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19 March 2019 | Story Thabo Kessah | Photo Thabo Kessah
Thokozile Thulo
Thokozile Thulo says the UFS has changed its focus in supporting students with disabilities.

The Centre for Universal Access and Disability Support (CUADS) has recently opened a permanent office on the Qwaqwa Campus The centre aims to ensure that the University of the Free State increasingly becomes a universally accessible higher-education institution which embraces students with various disabilities.

Thokozile Thulo, CUADS Assistant Officer at Qwaqwa said: “Our focus has changed from ‘special’ accommodation for individuals to the creation of a learning environment that is welcoming and empowering to all students. Integrated learning and education methodologies and processes are being researched and developed to create more awareness among lecturing staff. This incorporates universal design, faculty instruction and curricula.” 

The CUADS office assists students to gain access to study courses, learning materials, various buildings and residences, computer facilities and specialised exams and tests. For visually-impaired students, study material and textbooks in Braille, audio, e-text or enlarged format are provided. 

The office also supports students with various psychosocial and chronic conditions such as epilepsy and panic disorder, as well as learning difficulties such as dyslexia and hyperactivity. “In addition, we support students with special arrangements such as extra time for tests and exams,” said Thokozile.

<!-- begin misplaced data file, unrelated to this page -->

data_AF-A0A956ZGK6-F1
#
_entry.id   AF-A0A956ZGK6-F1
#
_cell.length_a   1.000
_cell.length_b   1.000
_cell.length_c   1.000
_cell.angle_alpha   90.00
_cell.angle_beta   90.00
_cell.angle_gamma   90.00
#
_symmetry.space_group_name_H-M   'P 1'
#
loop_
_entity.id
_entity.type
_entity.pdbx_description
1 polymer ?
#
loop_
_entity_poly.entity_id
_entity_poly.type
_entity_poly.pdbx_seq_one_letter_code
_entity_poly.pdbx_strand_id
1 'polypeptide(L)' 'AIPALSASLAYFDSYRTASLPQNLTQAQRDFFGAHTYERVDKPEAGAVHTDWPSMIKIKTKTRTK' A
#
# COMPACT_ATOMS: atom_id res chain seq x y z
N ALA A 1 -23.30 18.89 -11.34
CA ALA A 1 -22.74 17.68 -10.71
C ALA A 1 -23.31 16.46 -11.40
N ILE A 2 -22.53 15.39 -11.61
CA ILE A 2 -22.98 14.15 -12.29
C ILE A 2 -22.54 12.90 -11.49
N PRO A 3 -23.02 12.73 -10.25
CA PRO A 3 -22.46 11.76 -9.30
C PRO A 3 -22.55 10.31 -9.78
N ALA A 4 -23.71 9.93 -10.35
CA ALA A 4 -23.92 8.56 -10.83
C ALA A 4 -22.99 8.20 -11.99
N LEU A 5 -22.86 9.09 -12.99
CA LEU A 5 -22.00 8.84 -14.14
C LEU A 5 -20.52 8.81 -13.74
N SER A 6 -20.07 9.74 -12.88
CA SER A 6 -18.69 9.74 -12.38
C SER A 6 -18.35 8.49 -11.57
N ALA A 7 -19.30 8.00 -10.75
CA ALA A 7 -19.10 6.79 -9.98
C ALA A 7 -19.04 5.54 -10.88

News Archive

UFS Celebrates Africa Day
2013-05-24

 

At the Africa Day Memorial lecture was, in front from left: Dr Choice Makhetha, Vice-Rector: External Relations; Prof Henning Melber and Prof Heidi Hudson, Head of the Centre for Africa Studies. At the back is Prof Lucius Botes, Dean of the Faculty of the Humanities.
Photo: Stephen Collett
24 May 2013


Prof Henning Melber: Lecture (pdf)

The University celebrated the 50th anniversary of Africa Day by hosting the annual Africa Day Memorial lecture. Hosted by the Centre for Africa Studies (CAS), celebrations included a day-long colloquium which looked at the continent from various disciplines.

Delivering the Africa Day and also his inaugural lecture, Prof Henning Melber, Extraordinary Professor at CAS, spoke about the mystifying power of ideology and identity with regard to Africa and Africa (n) studies.

Before his lecture, senior professors from different faculties took part in a colloquium, delivering papers on a variety of topics relevant to the continent. In a session on historical-political legacies, Prof Hussein Solomon, Senior Professor in the Department of Political Science, spoke about Critical Terrorism Studies and its implications for Africa. He was joined by Prof Jo van As, Head of the Department of Zoology and Entomology, who spoke about the legacy of colonialism on the conservation of Africa’s river systems. Others topics which were addressed, included the development of sign language, cardiac medicine and science and mathematics education in Africa.

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